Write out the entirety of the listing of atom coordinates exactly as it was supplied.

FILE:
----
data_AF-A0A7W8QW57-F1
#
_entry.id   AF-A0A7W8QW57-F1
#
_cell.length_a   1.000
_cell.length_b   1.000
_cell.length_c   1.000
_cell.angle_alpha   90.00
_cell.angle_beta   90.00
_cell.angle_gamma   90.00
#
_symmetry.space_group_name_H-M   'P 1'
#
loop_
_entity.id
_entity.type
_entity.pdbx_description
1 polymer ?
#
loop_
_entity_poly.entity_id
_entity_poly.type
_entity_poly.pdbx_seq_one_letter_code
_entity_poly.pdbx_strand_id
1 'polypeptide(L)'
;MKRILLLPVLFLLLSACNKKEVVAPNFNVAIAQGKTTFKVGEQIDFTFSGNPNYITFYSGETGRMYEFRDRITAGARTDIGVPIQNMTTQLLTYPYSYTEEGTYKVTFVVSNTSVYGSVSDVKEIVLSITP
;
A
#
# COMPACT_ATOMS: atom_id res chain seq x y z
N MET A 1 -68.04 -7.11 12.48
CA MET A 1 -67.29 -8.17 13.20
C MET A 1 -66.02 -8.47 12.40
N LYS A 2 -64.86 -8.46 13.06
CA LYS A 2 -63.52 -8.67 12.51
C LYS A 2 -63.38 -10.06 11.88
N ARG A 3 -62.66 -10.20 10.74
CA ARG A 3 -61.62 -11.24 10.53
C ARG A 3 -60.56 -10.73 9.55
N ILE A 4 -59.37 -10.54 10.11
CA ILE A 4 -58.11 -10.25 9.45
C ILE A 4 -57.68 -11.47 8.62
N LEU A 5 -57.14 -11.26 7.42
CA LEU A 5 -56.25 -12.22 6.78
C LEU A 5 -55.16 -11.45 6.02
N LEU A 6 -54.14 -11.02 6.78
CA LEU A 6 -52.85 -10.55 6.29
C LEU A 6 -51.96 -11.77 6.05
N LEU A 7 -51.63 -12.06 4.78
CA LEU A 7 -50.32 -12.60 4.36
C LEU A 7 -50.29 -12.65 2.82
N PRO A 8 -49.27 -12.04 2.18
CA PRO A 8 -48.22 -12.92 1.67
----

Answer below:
data_AF-A0A7W8QW57-F1
#
_entry.id   AF-A0A7W8QW57-F1
#
_cell.length_a   1.000
_cell.length_b   1.000
_cell.length_c   1.000
_cell.angle_alpha   90.00
_cell.angle_beta   90.00
_cell.angle_gamma   90.00
#
_symmetry.space_group_name_H-M   'P 1'
#
loop_
_entity.id
_entity.type
_entity.pdbx_description
1 polymer ?
#
loop_
_entity_poly.entity_id
_entity_poly.type
_entity_poly.pdbx_seq_one_letter_code
_entity_poly.pdbx_strand_id
1 'polypeptide(L)'
;MKRILLLPVLFLLLSACNKKEVVAPNFNVAIAQGKTTFKVGEQIDFTFSGNPNYITFYSGETGRMYEFRDRITAGARTDIGVPIQNMTTQLLTYPYSYTEEGTYKVTFVVSNTSVYGSVSDVKEIVLSITP
;
A
#
# COMPACT_ATOMS: atom_id res chain seq x y z
N MET A 1 -68.04 -7.11 12.48
CA MET A 1 -67.29 -8.17 13.20
C MET A 1 -66.02 -8.47 12.40
N LYS A 2 -64.86 -8.46 13.06
CA LYS A 2 -63.52 -8.67 12.51
C LYS A 2 -63.38 -10.06 11.88
N ARG A 3 -62.66 -10.20 10.74
CA ARG A 3 -61.62 -11.24 10.53
C ARG A 3 -60.56 -10.73 9.55
N ILE A 4 -59.37 -10.54 10.11
CA ILE A 4 -58.11 -10.25 9.45
C ILE A 4 -57.68 -11.47 8.62
N LEU A 5 -57.14 -11.26 7.42
CA LEU A 5 -56.25 -12.22 6.78
C LEU A 5 -55.16 -11.45 6.02
N LEU A 6 -54.14 -11.02 6.78
CA LEU A 6 -52.85 -10.55 6.29
C LEU A 6 -51.96 -11.77 6.05
N LEU A 7 -51.63 -12.06 4.78
CA LEU A 7 -50.32 -12.60 4.36
C LEU A 7 -50.29 -12.65 2.82
N PRO A 8 -49.27 -12.04 2.18
CA PRO A 8 -48.22 -12.92 1.67